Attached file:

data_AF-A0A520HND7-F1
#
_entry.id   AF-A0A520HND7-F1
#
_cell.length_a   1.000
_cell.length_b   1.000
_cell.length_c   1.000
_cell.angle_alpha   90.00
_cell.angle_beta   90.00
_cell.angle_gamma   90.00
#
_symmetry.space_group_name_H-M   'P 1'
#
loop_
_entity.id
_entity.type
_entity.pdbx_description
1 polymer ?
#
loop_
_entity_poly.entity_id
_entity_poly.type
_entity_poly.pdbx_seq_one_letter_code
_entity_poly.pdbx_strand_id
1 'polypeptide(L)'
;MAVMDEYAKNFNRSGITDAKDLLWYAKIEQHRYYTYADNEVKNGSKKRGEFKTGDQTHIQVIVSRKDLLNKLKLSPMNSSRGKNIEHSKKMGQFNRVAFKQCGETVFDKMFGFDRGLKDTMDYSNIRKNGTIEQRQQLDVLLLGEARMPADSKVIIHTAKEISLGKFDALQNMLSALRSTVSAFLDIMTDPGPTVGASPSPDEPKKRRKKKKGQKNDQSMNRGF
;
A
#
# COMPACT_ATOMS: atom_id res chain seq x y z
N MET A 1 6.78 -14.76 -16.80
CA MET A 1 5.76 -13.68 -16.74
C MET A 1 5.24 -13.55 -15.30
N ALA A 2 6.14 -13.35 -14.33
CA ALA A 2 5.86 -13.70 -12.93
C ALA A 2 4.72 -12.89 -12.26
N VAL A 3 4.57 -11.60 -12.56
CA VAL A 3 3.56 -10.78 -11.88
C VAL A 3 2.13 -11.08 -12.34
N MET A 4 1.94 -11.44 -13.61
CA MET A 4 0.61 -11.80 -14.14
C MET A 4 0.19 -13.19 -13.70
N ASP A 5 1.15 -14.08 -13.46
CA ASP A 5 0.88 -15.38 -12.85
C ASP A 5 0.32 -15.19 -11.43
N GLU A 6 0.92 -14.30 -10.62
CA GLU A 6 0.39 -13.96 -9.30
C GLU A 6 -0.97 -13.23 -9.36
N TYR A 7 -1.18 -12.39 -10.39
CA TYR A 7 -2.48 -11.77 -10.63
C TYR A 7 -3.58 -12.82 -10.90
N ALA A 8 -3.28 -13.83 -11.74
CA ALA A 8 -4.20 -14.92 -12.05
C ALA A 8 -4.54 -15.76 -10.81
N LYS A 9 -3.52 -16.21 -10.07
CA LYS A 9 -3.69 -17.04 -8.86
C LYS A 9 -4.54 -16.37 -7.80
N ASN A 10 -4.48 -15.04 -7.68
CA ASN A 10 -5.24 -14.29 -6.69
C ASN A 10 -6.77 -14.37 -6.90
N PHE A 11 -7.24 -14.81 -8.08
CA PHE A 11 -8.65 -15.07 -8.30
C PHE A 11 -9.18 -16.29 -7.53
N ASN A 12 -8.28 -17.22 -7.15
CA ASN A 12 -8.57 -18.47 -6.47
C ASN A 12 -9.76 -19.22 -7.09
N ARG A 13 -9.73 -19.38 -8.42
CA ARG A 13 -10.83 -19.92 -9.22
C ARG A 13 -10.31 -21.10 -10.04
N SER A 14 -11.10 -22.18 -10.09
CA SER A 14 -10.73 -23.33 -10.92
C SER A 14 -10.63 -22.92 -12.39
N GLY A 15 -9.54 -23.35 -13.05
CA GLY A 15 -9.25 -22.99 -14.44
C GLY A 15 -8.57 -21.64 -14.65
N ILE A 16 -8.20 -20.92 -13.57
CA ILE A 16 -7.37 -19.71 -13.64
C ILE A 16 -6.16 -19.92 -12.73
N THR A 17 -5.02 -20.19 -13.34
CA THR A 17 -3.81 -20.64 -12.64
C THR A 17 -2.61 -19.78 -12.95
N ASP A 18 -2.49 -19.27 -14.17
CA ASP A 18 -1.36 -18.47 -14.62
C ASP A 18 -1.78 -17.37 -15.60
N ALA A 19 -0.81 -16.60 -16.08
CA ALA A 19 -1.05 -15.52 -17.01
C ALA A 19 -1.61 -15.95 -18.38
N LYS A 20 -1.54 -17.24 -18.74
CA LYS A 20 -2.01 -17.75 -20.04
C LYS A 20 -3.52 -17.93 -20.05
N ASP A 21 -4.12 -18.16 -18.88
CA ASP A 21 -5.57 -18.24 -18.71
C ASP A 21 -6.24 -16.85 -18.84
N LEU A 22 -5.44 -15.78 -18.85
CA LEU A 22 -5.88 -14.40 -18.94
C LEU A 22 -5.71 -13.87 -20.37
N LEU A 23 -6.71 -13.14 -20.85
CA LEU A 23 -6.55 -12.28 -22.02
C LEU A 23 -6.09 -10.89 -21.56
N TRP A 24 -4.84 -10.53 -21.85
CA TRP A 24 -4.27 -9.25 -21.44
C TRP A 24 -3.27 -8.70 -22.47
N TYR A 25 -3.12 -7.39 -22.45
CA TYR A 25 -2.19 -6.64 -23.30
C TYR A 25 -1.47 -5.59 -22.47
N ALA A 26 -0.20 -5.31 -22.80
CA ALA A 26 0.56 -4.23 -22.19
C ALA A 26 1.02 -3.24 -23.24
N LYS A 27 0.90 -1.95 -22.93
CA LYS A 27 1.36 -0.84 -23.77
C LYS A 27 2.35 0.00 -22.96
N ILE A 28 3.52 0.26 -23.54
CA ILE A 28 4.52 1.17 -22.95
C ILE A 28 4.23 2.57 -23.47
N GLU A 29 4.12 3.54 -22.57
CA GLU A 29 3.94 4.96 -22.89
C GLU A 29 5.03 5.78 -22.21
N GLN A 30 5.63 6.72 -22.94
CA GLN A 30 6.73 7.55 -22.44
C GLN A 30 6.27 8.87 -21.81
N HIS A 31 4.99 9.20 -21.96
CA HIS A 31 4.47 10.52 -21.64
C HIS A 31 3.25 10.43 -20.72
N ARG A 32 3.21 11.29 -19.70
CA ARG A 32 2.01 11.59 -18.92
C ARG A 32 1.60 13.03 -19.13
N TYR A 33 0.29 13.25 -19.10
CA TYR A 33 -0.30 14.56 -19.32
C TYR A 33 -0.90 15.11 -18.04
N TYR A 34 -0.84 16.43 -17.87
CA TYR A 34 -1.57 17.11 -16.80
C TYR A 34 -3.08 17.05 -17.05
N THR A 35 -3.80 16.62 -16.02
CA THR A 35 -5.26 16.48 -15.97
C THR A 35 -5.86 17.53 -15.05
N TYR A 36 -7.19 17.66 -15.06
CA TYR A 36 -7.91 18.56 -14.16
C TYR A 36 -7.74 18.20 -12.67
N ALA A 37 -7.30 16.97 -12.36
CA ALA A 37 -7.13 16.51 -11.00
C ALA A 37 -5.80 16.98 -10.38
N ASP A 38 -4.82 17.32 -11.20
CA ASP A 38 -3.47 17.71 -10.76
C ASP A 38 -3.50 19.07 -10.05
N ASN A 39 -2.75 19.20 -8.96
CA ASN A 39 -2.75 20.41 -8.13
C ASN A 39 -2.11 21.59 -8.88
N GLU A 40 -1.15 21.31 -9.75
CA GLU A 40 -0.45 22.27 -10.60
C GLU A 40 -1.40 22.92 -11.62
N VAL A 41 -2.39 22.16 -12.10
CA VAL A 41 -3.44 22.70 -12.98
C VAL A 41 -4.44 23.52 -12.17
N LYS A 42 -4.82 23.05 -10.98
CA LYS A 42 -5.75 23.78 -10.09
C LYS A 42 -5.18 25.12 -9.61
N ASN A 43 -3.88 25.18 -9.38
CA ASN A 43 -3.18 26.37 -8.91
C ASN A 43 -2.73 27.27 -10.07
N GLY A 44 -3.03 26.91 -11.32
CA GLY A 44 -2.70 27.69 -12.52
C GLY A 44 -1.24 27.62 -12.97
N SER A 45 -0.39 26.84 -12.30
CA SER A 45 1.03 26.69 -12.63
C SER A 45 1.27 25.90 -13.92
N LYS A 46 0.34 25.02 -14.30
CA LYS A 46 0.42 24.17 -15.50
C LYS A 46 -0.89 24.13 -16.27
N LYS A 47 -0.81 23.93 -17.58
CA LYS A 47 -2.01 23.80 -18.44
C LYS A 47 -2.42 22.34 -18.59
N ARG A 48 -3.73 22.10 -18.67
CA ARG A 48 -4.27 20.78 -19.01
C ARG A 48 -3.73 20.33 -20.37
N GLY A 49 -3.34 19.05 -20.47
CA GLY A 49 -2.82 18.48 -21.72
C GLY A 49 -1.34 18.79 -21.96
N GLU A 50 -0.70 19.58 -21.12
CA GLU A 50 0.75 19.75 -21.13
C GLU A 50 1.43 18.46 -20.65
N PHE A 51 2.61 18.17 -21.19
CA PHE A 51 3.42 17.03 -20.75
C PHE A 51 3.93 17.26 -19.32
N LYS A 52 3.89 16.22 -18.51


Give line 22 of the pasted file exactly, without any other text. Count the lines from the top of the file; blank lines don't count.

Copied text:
_entity_poly.type